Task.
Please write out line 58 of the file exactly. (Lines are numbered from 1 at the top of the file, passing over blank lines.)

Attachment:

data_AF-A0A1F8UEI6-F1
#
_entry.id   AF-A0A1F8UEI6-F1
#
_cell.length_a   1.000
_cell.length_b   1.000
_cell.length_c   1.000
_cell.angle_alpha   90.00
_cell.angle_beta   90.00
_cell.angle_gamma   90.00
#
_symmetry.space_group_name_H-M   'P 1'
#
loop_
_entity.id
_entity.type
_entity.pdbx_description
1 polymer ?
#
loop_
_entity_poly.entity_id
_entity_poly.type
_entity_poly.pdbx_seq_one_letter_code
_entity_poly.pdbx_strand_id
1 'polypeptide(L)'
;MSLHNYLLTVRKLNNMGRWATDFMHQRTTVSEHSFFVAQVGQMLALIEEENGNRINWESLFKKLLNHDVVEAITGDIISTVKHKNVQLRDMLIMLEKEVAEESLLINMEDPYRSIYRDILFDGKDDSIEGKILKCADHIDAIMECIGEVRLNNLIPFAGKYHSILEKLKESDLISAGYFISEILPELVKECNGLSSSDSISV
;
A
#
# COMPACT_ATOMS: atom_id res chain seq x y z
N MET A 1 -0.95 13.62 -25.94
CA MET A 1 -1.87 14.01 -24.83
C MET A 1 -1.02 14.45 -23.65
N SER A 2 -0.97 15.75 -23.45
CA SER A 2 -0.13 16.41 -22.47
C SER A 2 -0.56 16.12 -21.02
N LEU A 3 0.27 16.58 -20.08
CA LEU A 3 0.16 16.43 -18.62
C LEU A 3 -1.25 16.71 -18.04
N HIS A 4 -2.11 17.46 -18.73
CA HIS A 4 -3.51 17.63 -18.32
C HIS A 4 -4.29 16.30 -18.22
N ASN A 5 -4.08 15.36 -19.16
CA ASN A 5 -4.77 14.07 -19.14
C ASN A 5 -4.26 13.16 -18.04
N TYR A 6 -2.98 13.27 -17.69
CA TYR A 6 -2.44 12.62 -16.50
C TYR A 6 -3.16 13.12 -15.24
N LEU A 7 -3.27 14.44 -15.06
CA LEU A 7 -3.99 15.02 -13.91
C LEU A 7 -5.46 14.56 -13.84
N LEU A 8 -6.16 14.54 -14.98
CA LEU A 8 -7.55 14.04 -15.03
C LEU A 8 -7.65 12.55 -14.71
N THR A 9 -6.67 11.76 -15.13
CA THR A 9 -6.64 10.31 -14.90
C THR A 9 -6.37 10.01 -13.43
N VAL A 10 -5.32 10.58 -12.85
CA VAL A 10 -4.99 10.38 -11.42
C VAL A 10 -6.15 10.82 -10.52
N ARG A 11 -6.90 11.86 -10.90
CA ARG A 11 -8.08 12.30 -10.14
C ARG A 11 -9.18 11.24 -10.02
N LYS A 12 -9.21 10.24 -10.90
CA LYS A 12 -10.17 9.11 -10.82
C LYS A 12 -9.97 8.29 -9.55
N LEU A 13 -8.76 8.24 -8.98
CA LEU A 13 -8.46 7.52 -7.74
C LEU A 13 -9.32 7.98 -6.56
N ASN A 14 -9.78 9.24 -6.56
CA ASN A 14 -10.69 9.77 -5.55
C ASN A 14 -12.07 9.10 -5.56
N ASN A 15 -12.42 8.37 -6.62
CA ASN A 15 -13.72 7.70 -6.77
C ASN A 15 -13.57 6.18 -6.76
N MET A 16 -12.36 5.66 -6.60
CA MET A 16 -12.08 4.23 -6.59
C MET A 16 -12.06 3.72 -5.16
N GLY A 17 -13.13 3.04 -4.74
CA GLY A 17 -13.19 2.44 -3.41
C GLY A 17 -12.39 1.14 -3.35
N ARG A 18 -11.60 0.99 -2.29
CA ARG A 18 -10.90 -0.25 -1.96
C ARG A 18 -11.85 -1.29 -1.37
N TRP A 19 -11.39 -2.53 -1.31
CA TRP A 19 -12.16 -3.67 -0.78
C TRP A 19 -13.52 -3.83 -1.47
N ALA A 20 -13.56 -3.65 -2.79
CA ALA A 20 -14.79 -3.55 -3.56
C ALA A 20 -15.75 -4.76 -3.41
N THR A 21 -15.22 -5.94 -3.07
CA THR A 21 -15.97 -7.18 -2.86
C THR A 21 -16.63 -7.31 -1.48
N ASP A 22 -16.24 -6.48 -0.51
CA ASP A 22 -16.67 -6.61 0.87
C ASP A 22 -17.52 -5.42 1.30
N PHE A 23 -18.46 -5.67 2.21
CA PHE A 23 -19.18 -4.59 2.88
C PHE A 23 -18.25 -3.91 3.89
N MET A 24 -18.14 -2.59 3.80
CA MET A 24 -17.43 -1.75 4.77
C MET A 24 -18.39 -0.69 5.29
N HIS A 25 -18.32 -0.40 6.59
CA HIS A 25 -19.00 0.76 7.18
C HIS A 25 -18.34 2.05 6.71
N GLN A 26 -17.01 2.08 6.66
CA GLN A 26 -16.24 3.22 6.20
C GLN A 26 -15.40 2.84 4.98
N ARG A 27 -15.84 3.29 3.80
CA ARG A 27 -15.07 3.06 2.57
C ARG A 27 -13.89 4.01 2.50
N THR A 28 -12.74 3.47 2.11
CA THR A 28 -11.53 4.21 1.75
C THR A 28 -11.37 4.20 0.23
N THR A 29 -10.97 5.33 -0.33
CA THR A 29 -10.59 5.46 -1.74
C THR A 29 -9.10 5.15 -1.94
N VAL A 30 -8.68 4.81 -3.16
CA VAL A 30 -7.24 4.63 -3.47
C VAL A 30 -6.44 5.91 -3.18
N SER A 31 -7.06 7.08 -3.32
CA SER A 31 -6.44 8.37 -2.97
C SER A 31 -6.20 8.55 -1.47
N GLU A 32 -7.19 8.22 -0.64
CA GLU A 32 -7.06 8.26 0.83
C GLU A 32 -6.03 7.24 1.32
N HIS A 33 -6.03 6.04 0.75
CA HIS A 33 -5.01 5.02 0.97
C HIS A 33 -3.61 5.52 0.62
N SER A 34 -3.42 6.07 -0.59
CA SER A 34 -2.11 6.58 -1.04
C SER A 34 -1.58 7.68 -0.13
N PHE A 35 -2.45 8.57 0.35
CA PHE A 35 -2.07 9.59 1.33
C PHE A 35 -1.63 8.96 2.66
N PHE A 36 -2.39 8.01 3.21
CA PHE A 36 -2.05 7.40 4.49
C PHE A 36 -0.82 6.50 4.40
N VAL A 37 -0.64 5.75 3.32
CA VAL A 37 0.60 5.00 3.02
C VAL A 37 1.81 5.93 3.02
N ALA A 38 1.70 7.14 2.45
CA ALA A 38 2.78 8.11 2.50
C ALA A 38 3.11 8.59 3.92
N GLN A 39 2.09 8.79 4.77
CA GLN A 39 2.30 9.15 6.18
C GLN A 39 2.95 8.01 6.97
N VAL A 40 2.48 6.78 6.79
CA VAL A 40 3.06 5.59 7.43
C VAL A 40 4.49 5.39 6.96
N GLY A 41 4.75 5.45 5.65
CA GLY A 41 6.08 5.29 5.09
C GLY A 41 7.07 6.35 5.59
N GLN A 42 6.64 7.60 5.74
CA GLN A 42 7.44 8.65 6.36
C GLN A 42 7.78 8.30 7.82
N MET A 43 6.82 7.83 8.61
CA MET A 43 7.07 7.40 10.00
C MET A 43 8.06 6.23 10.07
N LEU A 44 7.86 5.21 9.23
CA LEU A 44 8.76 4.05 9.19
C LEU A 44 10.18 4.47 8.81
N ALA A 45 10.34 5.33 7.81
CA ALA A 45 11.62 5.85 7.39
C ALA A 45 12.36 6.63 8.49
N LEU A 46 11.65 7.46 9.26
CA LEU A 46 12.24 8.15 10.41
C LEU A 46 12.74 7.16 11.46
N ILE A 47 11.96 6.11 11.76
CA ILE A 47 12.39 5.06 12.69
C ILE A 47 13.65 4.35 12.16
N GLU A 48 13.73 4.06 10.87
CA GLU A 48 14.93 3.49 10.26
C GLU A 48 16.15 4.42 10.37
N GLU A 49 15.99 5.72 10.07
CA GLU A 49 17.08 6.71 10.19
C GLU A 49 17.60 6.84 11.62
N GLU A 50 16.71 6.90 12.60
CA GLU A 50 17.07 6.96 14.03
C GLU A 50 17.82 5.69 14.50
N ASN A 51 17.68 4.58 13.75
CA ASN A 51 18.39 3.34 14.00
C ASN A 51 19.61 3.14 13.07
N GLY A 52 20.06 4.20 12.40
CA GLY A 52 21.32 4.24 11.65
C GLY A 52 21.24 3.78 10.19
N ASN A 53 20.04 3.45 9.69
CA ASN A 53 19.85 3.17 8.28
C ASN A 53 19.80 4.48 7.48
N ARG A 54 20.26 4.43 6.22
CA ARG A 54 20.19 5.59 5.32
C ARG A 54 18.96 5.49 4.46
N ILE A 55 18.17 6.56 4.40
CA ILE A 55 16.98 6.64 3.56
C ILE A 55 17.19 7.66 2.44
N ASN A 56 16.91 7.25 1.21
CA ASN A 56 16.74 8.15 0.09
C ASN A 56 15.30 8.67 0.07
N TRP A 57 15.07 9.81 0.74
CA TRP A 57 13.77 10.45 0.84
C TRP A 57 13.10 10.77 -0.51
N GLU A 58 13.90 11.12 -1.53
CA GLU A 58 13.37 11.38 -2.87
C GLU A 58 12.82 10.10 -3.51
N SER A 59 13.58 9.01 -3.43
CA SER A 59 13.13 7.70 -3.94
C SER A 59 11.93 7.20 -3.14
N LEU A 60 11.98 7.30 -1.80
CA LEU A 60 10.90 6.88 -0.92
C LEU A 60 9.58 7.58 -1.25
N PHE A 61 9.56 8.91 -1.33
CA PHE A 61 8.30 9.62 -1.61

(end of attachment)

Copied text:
N VAL A 10 -5.32 10.58 -12.85